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Has Walmart Finally Figured out China?

Walmart’s recent quarterly earnings put the retail industry on notice. It ain’t all about Amazon. U.S. comparable sales rose 2.7% from a year earlier, its strongest growth in eight years and e-commerce sales were up 50% year-over-year for the quarter. And indeed, it ain’t all about the U.S. either.

For the third quarter, 2017, total net sales for Walmart International increased 2.5% and made up 24.1% of the company’s total net sales. The company operates in such diverse regions as Africa and Central America as well as Argentina, Brazil, Canada, Chile, India, Japan, Mexico, the UK and China.

While Walmart has achieved success more so in some regions/countries versus others, one thing Wal-Mart has learned is that each is unique and requires a different approach. For example, its struggle in the highly competitive Chinese market resulted in a slight pause before embarking on a readjusted strategy.

Yihaodian

Walmart entered the Chinese market in 1996 introducing its Supercenter and Sam’s Club concepts. To take advantage of the increasing growth in e-commerce, Walmart bought a controlling stake in Chinese e-retailer Yihaodian in 2011. Yihaodian which started as an online supermarket in 2008 by offering mostly fast-moving consumer products, quickly expanded into consumer electronics, apparel, books and mom and baby products to become one of the top e-retailers in China with almost $2 billion in sales by 2013.

It built out a logistics network including data centers and warehouses and in 2012, Yihaodian launched Service by Yihaodian (SBY) to provide merchants with logistics, marketing, an online platform, data services and its own last mile delivery fleet.

By 2015, the company had already launched a growing cross-border solution as well as its own online marketplace. It was also in 2015 that the founders of the company left and Walmart bought out the remaining shares of Yihaodian.

JD.com

It seems there was a rethink in its Chinese strategy after the Yihaodian takeover when in May 2016, Walmart opened a store on JD.com, China’s second largest e-commerce provider. According to Walmart, the online store carried over 1,700 of Walmart’s most-purchased items from its brick-and-mortar stores in China. The orders were fulfilled using JD’s in-house logistics infrastructure and customers that order items before 11:00am can receive their packages on that same day. Soon after that, in June 2106, Wal-Mart took a 5.9% stake in JD.com. In exchange, Walmart signed over ownership of its Chinese online marketplace, Yihaodian, including the brand name and website.

The relationship between the two companies appears to be a successful one. In October 2016, JD.com launched an online store for Sam’s Club, as well as a store that sold only imported goods from Wal-Mart overseas. That same month, Walmart invested in New Dada, a joint venture between JD and logistics network Dada, a crowd-sourced delivery platform, driving online traffic that allows customers to order fresh food and other items from Walmart stores for 2-hour home delivery.

Furthermore, Walmart increased its investment in JD.com to 10.8%. By February 2017, the investment in JD.com increased to 12.1%

The Logistics of the JD.com Partnership

Logistics is playing a major role in Walmart and JD.com’s relationship. Focusing on the Chinese domestic market first, the two companies have jointly developed a backend system to integrate inventory management. When a customer places an order on JD.com, JD’s order management system will analyze data from both companies’ stock systems to determine whether a JD warehouse or Walmart store is closer to the customer, and dispatch a JD courier accordingly. Walmart and JD.com launched pilot projects for inventory integration in six cities: Beijing, Shanghai, Guangzhou, Shenzhen, Chengdu and Wuhan.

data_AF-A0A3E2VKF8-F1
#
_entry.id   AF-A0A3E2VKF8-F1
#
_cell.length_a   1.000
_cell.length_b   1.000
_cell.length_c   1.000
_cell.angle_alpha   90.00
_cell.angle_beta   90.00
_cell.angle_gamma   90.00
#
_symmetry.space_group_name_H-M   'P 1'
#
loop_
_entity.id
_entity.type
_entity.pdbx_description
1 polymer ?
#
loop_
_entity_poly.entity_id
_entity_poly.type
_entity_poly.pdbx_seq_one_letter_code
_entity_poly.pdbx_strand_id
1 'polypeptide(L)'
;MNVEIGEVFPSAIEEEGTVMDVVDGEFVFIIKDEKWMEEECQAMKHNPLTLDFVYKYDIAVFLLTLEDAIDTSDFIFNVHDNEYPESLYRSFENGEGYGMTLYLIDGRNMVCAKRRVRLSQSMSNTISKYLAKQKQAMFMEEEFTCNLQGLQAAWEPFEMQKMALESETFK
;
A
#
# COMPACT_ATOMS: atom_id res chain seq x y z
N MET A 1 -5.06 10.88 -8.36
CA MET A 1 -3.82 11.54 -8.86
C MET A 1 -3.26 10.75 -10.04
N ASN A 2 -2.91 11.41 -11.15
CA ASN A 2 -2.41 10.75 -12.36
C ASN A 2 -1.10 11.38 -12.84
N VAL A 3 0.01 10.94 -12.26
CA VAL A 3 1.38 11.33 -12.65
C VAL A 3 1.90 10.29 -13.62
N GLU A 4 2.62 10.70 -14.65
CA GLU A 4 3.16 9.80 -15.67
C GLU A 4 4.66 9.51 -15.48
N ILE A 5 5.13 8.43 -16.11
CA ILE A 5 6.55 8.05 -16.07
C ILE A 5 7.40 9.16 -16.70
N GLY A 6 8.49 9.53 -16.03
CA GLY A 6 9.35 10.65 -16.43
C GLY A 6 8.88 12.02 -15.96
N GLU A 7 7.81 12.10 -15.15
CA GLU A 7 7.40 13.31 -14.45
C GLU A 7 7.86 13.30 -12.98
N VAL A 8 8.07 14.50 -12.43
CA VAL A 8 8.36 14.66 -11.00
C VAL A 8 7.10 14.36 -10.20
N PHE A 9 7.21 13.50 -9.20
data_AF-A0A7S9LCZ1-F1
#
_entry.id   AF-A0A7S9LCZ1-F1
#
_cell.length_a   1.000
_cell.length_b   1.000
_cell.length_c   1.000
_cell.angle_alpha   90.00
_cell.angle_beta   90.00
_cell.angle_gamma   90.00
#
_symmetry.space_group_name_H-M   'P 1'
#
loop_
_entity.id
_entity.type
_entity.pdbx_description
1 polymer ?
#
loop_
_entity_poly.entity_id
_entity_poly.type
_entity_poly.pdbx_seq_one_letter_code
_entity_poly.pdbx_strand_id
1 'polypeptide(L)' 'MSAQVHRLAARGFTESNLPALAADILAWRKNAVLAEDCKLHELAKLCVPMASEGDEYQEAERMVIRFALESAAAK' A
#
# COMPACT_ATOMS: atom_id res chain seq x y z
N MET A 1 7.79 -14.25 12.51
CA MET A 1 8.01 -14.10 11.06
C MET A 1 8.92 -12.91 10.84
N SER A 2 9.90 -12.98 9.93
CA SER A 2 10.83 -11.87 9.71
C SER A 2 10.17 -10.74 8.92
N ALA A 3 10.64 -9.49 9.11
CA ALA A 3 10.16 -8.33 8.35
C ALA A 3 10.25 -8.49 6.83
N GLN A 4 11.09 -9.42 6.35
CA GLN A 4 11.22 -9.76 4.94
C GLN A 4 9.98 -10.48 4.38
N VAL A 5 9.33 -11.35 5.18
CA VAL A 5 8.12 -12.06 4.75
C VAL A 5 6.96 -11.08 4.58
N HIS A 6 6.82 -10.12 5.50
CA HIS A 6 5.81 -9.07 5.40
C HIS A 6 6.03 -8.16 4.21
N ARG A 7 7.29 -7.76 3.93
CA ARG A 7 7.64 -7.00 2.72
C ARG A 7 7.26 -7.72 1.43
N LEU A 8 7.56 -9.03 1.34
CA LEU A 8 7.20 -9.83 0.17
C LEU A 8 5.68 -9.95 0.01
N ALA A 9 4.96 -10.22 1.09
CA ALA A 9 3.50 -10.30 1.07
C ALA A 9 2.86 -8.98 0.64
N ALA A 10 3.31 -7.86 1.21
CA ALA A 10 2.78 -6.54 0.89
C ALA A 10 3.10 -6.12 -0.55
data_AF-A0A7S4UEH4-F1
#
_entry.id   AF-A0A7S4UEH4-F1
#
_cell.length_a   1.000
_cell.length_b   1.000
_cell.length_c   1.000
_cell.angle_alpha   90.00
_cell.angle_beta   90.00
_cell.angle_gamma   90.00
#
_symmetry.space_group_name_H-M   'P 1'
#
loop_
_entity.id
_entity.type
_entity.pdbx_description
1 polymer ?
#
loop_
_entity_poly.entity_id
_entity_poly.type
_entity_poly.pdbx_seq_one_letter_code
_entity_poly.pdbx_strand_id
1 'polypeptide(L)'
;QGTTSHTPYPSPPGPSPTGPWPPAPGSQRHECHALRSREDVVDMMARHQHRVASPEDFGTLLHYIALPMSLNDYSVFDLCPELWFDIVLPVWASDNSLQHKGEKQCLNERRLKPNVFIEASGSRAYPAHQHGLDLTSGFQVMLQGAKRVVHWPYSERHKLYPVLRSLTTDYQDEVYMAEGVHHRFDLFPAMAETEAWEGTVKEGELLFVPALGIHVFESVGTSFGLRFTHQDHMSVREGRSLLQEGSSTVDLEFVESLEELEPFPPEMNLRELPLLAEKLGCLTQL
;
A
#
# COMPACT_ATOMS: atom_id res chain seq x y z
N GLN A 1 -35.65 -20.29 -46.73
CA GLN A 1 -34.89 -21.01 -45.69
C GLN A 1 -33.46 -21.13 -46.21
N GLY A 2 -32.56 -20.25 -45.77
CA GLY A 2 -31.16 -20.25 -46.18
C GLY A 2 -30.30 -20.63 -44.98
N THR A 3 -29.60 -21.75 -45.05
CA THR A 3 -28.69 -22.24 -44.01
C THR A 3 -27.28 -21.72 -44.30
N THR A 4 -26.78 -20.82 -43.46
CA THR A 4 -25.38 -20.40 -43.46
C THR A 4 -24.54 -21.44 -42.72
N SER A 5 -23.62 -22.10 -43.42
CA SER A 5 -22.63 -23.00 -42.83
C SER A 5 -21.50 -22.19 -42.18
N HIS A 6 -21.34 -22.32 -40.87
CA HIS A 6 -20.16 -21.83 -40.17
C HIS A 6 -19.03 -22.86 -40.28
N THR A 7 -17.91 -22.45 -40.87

JD.com is also capitalizing on Walmart’s physical stores. It opened its first JD Home store inside a Walmart store in Shenzhen. JD Home sells electronic products complementing Wal-Mart’s product categories. JD has also established JD pick-up stations in Walmart’s stores to provide more pick-up options for JD digital customers.

The logistics relationship is now spreading outwards and is challenging Amazon and Alibaba even further. For example, in April 2017 JD.com launched an online store for ASDA, Walmart’s UK subsidiary, selling British-branded products, thus expanding the reach from China to the UK.

Additionally, JD.com formed an alliance with more than 20 logistics providers and retail brands, including Wal-Mart Stores Inc. and online auctioneer eBay Inc., in an effort to improve its practices for importing e-commerce goods to China. According to JD.com, logistics providers including Kuehne + Nagel and Agility are also involved. The group will develop an integrated platform, in collaboration with the country’s China Inspection and Quarantine Association, through which goods can more easily be tracked once they clear Chinese commerce.

For third quarter, 2017, Walmart International reported China net sales increased 4.0% while comparable sales increased 2.5%. In addition, the company noted that operating income grew at a faster rate than sales.

How long will it be before we see JD.com take advantage of Walmart’s impressive network in the US? Perhaps we’ll see JD Home stores pop up in Wal-Mart stores here in the US. Perhaps the two will eventually collaborate in emerging markets such as Latin America and Africa. Regardless, the pair presents a formidable competitive threat to Amazon and Alibaba who are both expanding their own cross-border solutions and each protecting their home turf of China and US from the likes of partnerships such as JD.com and Walmart.

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